Pulling The Plug On A Friendship
Updated: Oct 2, 2019
If you're like me, you've pulled the plug on a number of friends over the years. You decided that those connections were just not worth the stress of hanging on.
As I think about friends that I've "kicked to the curb" (or that have pulled the plug on me), I fess up to making all kinds of attempts to save many of those friendships--out of guilt, a sense of loyalty, or just plain fear.
Case in point: One of my good friends lived across the street. She was an ex-dancer who'd left home at seventeen to join the Boston Ballet. As a lifelong student of dance from the time I donned a leotard and took classes with Miss (no Ms. back then) Fannie Aronson, I prayed for a thinner body, longer legs, and a hell of a lot more flexibility in my next lifetime. I dreamed of flying across a stage with reckless abandon.
My friend had a boatload of issues (She'd actually run away from an abusive home, not left), but she camouflaged them well--at least, to others, except me. And every one of my male friends--and I mean every, including a man who'd never had a girlfriend, ever--fell for her hard.
Was I jealous? Maybe. Sorta'. But not really. I was happily married and not out there lookin'.
Our friendship--often lopsided with me playing therapist--lasted for several (maybe many) years. But her neediness and struggle with her demons (abuse, an overbearing, unloving mother from whom she was estranged, a tendency to drink too much) took their toll.
Then one day, just before my husband and I were leaving for a long weekend jaunt, the pet sitter we'd hired couldn't make it. So, I asked my friend if she could fill in. She lived maybe fifty steps away, and her two kids had sleepovers planned. When she asked if she could smoke in the house and I said "No," she turned me down. I was furious. I spent weeks wrestling with my disappointment and my sense of loyalty. My friend needed me. How could I let her down?
Truth is: she needed professional help. Despite the leftover hurt from me having been kicked to the curb in times past, I pulled the plug--not without some trepidation and fear that she would never forgive me. But I wasn't looking for forgiveness; I wanted to end the stress and anger over a friendship that had run its course.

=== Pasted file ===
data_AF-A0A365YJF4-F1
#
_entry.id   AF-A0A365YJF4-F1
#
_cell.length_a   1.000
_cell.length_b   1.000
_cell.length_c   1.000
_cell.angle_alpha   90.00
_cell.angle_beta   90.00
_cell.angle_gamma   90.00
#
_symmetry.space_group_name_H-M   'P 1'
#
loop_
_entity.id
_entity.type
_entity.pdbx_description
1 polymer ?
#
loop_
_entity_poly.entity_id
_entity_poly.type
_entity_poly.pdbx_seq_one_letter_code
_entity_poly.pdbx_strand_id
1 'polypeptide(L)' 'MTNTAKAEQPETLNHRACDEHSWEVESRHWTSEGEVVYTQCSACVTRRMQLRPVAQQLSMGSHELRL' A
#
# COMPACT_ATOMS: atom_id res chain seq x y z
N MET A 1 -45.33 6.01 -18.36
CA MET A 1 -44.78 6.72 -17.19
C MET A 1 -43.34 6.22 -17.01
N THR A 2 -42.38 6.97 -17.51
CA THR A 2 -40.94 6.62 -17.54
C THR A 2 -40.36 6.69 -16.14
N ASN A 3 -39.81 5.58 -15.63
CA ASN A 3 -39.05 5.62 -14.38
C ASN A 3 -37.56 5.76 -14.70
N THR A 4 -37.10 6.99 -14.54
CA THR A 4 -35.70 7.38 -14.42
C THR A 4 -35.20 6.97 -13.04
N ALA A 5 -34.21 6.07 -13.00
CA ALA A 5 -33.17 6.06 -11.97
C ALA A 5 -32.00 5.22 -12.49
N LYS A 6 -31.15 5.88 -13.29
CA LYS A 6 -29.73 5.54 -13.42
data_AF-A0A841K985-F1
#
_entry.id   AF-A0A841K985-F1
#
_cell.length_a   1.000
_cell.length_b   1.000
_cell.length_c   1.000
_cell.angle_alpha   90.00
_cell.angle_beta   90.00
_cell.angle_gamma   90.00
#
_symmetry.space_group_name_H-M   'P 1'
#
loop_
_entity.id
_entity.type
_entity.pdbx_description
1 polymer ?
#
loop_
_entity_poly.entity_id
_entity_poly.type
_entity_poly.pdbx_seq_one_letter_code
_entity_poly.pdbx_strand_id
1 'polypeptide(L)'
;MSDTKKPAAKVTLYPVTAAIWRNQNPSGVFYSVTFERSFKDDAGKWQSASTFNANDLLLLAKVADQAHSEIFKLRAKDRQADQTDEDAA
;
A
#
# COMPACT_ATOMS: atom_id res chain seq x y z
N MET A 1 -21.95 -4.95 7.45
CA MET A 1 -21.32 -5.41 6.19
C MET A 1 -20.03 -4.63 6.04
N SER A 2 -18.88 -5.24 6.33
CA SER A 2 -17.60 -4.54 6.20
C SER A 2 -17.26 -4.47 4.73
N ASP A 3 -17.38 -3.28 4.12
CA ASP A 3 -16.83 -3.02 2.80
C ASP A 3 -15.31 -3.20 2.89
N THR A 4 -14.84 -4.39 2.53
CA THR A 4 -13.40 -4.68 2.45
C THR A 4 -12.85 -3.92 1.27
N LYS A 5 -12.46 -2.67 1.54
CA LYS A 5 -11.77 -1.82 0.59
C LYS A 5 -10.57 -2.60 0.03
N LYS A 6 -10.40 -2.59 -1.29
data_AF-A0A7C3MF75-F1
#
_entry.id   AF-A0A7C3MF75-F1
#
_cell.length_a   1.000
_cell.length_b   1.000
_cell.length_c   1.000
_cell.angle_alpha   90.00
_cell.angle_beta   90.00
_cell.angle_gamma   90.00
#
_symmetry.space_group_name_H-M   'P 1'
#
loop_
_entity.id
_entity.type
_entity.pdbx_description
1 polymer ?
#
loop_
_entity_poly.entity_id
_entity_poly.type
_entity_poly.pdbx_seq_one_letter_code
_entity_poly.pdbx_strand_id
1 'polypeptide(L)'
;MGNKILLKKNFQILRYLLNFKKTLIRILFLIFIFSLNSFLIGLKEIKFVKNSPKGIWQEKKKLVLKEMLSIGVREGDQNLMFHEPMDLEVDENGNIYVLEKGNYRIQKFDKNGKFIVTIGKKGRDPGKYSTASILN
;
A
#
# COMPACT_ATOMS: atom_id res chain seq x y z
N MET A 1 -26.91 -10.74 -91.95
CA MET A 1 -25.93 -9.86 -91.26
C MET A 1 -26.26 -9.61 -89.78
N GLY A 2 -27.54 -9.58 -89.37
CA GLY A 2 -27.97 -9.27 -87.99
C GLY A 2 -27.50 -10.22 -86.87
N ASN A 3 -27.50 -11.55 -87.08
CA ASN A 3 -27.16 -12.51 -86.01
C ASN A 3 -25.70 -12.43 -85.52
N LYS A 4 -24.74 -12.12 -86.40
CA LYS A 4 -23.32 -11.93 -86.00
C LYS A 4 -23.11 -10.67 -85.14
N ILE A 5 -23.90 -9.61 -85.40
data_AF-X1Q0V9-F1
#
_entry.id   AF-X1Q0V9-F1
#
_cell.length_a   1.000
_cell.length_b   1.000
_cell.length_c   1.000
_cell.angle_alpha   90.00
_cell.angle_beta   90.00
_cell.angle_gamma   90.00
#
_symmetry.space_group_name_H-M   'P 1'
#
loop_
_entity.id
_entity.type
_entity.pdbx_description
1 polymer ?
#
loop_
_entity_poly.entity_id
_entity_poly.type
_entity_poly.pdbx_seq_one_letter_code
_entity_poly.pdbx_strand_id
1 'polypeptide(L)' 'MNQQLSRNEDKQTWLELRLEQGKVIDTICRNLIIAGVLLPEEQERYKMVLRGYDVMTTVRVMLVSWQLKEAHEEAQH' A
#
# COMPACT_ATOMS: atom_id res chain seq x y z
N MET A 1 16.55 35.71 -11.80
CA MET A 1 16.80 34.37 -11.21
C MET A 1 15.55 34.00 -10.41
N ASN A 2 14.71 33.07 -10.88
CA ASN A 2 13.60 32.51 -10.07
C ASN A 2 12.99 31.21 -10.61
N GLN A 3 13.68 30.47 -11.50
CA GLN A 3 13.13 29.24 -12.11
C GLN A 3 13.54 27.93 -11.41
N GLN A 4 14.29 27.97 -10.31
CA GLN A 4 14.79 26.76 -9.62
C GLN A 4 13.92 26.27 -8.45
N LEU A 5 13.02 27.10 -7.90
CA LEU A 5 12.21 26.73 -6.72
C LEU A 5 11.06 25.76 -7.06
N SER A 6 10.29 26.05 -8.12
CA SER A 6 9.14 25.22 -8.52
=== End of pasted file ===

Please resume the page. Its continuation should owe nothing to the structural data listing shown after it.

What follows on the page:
One day, not that long ago, I decided to try to find her and give her a call. I knew she'd moved to the east coast and remembered something about a small town in Massachusetts where she'd relocated to take care of her mother's second husband, after her mother died. It took some time but, with her name that I assumed she hadn't changed and a possible town, I tracked her down.
I couldn't tell whether she wanted to hear from me or not. She said she did and, in my gut, I believed she was telling the truth. When I asked how she was doing, she launched into a list of all that was wrong. Her knees hurt, she couldn't walk long distances or uphill, she attended Bible classes at least once a week, and did a lot of knitting. She'd never remarried. To me, it sounded like a life of routine and broken dreams. I felt sorry for her, was happy that I'd made contact, but had not a whit of interest in picking up the pieces of our friendship. We have not spoken since. I doubt that we ever will.
An article in Psychology Today from 2011 titled "5 Warning Signs of a Friendship in Trouble" outlined reasons why friendships have hit a permanent snag.
You do not like who you are when you're around him or her.
Your friend is bringing out bad behaviors in you. (Too much booze? Cigarettes? Drugs?)
The friendship feels significantly unbalanced. (Yep, I know that one.)
The words you'd use to describe your friend are not flattering. (Hmm . . . Rings a bell)
Your friend doesn't seem to get who you are. (I might add: Your friend tries to change you.)
Not all friendships last forever. And even though Facebook now keeps many of them on life support, all you ever owe a friend is kindness and respect—not a vow 'til death do you part. Andrea Bonior Ph.D.